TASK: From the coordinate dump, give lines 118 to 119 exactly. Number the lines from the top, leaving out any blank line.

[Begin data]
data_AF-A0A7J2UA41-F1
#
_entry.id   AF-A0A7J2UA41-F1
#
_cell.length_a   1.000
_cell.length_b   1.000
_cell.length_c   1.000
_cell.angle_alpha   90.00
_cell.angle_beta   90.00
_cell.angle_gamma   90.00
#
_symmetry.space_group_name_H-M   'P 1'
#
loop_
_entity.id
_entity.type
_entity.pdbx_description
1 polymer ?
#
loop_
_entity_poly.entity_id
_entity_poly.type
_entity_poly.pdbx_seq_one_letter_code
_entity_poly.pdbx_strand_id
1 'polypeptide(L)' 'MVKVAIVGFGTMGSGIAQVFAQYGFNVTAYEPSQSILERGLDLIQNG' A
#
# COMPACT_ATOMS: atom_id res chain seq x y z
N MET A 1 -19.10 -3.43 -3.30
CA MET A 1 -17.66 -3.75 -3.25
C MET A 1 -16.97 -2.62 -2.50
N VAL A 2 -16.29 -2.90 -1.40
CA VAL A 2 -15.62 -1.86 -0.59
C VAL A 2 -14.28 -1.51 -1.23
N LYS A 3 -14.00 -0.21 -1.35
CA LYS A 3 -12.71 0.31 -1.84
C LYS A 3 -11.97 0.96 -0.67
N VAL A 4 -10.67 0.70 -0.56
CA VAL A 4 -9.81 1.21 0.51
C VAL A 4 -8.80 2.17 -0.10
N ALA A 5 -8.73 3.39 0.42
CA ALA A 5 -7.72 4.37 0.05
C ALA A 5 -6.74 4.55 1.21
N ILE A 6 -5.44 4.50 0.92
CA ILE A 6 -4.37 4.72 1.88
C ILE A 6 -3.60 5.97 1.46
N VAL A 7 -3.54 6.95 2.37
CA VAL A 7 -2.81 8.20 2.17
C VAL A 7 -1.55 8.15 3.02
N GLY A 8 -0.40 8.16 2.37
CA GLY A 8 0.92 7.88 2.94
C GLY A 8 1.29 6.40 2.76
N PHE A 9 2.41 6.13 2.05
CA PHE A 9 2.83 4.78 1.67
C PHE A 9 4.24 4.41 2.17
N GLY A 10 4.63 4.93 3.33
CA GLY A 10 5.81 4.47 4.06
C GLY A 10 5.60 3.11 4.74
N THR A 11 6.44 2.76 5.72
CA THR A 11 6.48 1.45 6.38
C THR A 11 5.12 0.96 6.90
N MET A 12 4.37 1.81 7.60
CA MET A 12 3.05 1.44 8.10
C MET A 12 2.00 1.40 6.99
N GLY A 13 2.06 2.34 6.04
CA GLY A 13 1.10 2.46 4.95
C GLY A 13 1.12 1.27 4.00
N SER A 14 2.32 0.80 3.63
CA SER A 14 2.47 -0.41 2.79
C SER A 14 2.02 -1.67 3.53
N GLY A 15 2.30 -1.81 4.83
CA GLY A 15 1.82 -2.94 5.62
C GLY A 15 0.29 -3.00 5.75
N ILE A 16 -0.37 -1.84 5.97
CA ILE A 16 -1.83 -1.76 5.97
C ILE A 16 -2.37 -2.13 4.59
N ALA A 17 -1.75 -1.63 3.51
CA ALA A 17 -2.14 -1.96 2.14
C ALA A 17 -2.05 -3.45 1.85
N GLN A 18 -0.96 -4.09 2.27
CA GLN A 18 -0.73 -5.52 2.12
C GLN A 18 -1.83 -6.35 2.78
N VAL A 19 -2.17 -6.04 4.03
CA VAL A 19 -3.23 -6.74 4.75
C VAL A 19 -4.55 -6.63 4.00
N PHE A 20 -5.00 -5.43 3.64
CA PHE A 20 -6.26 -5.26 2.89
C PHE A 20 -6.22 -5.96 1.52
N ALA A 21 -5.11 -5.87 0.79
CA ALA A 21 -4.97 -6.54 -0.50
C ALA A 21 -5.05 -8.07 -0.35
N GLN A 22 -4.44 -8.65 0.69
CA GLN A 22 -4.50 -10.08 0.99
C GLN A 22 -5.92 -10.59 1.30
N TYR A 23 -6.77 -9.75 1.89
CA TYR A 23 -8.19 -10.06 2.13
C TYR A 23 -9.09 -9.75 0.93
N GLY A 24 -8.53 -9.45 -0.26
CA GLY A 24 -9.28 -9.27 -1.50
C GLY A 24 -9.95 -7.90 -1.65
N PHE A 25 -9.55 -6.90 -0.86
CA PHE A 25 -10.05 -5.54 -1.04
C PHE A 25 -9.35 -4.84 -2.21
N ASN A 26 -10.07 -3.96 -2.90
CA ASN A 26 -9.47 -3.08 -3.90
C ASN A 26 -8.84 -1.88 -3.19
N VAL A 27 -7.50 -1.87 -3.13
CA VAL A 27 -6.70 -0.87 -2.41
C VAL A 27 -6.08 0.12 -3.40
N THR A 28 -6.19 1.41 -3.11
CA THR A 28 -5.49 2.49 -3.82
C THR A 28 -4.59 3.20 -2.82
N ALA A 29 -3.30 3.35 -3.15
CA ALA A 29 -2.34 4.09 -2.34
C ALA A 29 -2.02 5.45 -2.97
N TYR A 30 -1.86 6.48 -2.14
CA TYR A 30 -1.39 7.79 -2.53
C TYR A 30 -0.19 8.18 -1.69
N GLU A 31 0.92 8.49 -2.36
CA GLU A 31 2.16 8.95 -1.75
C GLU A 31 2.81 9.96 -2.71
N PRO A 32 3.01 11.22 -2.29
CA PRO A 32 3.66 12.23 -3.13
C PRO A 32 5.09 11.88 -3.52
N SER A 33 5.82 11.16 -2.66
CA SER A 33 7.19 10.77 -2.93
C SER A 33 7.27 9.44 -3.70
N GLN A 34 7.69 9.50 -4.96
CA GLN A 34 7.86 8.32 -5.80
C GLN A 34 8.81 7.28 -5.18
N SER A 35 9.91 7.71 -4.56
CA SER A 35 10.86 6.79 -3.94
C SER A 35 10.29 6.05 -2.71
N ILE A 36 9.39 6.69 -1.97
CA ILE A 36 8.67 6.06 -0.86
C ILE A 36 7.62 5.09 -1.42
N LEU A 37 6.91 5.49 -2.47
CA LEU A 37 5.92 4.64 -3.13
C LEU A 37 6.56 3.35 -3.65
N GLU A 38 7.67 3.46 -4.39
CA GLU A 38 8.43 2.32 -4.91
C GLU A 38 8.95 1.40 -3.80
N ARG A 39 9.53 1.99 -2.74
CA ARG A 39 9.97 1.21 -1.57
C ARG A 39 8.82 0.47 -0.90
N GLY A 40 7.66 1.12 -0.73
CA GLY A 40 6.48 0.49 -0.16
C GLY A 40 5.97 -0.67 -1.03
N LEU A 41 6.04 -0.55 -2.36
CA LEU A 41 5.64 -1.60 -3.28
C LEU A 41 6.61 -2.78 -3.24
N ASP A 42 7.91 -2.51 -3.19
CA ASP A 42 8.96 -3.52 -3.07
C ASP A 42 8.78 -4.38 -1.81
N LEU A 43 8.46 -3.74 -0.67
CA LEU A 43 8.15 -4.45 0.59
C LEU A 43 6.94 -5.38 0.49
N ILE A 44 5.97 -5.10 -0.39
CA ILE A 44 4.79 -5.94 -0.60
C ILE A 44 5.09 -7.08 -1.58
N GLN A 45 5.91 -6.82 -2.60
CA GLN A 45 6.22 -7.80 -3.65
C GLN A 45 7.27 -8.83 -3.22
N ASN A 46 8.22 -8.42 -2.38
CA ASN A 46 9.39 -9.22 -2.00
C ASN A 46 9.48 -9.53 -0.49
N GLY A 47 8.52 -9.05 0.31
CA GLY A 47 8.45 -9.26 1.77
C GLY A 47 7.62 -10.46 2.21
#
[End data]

N GLU A 31 0.92 8.49 -2.36
CA GLU A 31 2.16 8.95 -1.75